Actual Play – Duneville (1/15/2011)

GM: Sean Nittner
Players: Karen Twelves, Regina Joyner, Basil Benitz and Jon Edwards
System: Smallville

Story Behind the Game

I’ve got a story to tell about this game. It started in November or December, whenever I submitted my game. I was sitting on two books that I wanted to read but wasn’t feeling much impetus to do so: Smallville and Dune (you know the 1965 original by Frank Herbert, yeah that Dune).

So I did what I always do when I really want to learn a game, I promised to run it. And following suit, I promised to run it in the Dune setting. Well, that meant for some reading for me.

My experience with Dune

Most of Frank’s writing I despise. I can not stand listening to people thinking. I want the author to show me what they think through words and actions and when in doubt leave me a little uncertain. His insistence to present a hard sci-fi would be commendable if not for the constant juxtaposition with total pseudo-science. Like many male authors he can not write a compelling female character unless she falls into a very few stereotypical roles: manipulative bitch, submissive servant, or psychotically loyal mother. Some characters filled just one of these (The Reverened Mother Helen only taking the first, Channi only taking the second) and others filled multiple (Jessica was all three at different times) but at the end of the day, the female parts were caricatures in comparison to the male roles. Finally, Paul has got to be one of the biggest Mary Sues I have ever encountered. He’s a Mentat, and a Bene Gesserit, and the Kwisatz Haderach, and prescient, and a weapons master, and endured more pain than anyone else ever had, and a savvy political leader, and charismatic, and lovable by all, and courageous, and a wormrider, and a member of the Fremen, and a member of the royal house, and the Emperor, and, and, and, and, and, and… It actually got me thinking about an “Ultimate Mary Sue Deathmatch”. We’d pit Wesley Crusher vs. Paul Atredies and then let Drizzit cut up the winner his two magical scimitars and his damn black cat!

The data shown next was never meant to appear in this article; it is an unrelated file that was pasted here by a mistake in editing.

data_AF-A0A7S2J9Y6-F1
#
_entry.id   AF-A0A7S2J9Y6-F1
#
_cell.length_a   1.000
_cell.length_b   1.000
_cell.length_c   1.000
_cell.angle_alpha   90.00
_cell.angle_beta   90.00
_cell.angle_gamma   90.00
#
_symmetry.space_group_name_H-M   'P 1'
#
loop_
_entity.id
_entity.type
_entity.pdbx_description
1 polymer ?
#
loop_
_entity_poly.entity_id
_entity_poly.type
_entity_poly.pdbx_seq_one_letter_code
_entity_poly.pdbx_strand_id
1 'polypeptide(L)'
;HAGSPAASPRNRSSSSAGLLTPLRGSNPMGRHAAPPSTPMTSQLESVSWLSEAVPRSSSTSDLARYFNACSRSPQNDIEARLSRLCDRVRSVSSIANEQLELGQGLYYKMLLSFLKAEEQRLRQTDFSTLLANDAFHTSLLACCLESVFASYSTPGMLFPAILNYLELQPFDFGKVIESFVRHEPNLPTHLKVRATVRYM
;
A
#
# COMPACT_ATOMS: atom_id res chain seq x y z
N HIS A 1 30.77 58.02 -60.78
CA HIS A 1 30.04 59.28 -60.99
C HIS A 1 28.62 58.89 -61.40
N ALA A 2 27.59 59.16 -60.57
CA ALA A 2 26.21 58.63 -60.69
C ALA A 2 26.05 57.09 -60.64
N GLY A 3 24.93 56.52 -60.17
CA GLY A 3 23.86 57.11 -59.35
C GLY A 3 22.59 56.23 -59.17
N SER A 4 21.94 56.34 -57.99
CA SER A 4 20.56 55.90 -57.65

Okay, so if I have all this hate for Dune, why did I run a game there? I mean besides that I committed to run the game before reading the book. Because for all that crap, Franks world is AWESOME. He has some an amazing landscape of political powers, mystical abilities, harsh environments, crazy cultures, religious customs, awesome technology, and the kitchen sink. I mean, Frank was writing 45 years ago and some of the idea he had still haven’t been rivaled in the Sci-Fi genre. For all his crappy plot, Frank made an amazing world, one which I was VERY excited to run a game in.

My Smallville experience

Smallville had almost the opposite effect when I read it. Reading it I grew to love the game so much I almost considered watching the show. And this was a game that I started reading with significant trepidation. I had played the Serenty system a few times and been very disappointed with Cortex system. I didn’t think it was some kind of abomination that some made it out to be, I was just extremely underwhelmed by it. Yet several people that I really respect (notably Ryan Macklin and Leonard Balsera) told me the game was made of awesome, printed in golden awesome lead paint and then dipped in awesome sauce. So I checked it out… and they were right.

Pathways: Character creation in Smallville is some of the coolest I’ve seen. The pathways system is a mix of Lifepaths from Burning Wheel, Story guest starring from Fate/SotC/Dresden, and a Location/NPC generation system all rolled into one. By the end of character creation, a beautiful (and complication) web of connections is established between all the PCs (Leads) and NPC (Features and Extras) in the game.

Values: In lots of game your ability to accomplish a goal is roughly based on (or affected by) your character’s proficiency at the task you’ve chosen to accomplish that goal. So, in D&D you’re ability to charm a princess is affected by your Diplomacy skill, But even in PTA your ability to win a conflict about making magical wine is based on edges or connections that are relevant to said wine making. And of course there are currencies to affect this (plot points, hero points, fan mail, artha, etc) but the core role is based on the characters skill or at least association with the task at hand. Smallville doesn’t has if you know how to do something (or at least not a first), it asks why you are doing something, and who you are doing it for. Mechanically you are always rolling a value (like Love or Truth) and a relationship (like Clark, or Paul) and when you roll those you’re making sure the statements you’ve made about them (e.g. the Truth must be known) are in line with your action… And if it isn’t in line, you get one moment of awesome turmoil and conflict followed by a changing of that value later. This alone makes the game killer in my mind.

Wedges. Adventure creation in Smallville is pretty radical in its concept. Since the game is primarily about the Leads (PCs) interacting with each other, all of the story written is designed to put pressure on those interactions. So, when making an adventure the first thing you are guided to do (which I’ll Illustrate below in my example) is look at the relationships between the Leads and see how you can hammer on them in a way that seems external to the character. I’ve already started using this in other games. Two cops are chasing a perp. One cop has a soft spot for people who are poor. The other is a by the books officer. When they arrested a poor guy who was just trying to make enough money to feed his family, I compelled the sympathetic cop to let him off easy, and watched the madness ensue. These external pressure cookers are wedges, and the system of building the wedges into an “adventure” is awesome.